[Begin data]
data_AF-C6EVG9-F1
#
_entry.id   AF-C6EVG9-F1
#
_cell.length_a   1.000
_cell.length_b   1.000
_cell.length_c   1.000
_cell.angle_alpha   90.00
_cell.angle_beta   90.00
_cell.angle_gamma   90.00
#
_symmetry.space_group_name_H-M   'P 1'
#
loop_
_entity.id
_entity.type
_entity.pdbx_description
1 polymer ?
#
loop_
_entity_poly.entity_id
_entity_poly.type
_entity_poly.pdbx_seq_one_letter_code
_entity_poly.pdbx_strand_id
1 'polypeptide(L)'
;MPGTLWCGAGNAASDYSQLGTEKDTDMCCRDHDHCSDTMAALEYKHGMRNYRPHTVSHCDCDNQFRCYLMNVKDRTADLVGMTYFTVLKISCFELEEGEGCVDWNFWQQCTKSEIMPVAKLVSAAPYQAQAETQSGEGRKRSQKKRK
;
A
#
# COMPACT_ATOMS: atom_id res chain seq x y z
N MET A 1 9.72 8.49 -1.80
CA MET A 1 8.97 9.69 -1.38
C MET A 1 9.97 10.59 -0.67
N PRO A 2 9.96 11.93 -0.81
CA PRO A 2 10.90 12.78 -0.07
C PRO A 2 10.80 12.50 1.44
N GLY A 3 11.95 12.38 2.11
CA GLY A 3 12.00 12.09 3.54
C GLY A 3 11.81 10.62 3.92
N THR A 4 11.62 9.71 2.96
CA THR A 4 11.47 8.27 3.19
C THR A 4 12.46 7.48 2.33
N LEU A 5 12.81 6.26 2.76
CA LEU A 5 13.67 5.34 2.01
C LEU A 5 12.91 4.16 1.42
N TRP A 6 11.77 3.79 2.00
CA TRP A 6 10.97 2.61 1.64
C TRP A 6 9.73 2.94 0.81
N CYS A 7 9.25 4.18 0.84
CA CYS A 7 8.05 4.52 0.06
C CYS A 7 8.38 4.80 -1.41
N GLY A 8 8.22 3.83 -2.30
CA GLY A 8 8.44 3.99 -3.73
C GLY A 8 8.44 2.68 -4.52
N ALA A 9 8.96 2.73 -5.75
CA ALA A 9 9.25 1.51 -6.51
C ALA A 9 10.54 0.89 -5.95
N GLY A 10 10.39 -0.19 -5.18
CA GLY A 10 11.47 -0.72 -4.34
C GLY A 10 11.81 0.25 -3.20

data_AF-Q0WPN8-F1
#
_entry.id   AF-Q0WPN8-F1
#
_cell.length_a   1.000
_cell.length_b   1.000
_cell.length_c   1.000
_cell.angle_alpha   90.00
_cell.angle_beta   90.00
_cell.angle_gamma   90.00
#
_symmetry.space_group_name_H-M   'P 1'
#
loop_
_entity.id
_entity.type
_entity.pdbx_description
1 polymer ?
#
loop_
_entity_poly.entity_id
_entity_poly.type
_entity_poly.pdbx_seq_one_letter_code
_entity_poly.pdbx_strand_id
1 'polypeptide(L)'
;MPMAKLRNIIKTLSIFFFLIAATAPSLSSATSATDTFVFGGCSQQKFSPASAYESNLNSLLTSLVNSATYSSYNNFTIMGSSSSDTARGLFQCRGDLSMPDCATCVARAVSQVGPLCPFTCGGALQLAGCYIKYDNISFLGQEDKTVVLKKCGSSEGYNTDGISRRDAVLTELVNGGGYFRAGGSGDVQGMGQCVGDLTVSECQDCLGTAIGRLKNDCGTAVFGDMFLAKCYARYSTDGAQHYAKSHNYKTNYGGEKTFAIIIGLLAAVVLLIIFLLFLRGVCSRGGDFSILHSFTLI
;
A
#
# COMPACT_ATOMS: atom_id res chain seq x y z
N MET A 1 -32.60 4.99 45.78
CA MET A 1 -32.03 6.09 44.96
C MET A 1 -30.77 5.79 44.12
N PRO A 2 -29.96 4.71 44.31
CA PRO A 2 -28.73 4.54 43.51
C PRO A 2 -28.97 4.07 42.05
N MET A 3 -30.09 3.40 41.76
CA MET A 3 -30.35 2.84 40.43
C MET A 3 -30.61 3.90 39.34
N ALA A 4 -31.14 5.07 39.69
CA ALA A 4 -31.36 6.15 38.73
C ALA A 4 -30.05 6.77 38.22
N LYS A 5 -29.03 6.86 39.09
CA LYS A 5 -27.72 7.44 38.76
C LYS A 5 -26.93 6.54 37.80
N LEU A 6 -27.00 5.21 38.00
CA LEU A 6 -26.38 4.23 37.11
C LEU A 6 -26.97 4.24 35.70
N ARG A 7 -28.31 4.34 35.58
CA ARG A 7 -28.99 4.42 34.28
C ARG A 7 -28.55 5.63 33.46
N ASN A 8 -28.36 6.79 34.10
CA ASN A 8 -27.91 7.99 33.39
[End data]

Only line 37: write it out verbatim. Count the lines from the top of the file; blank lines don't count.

N GLY A 3 11.95 12.38 2.11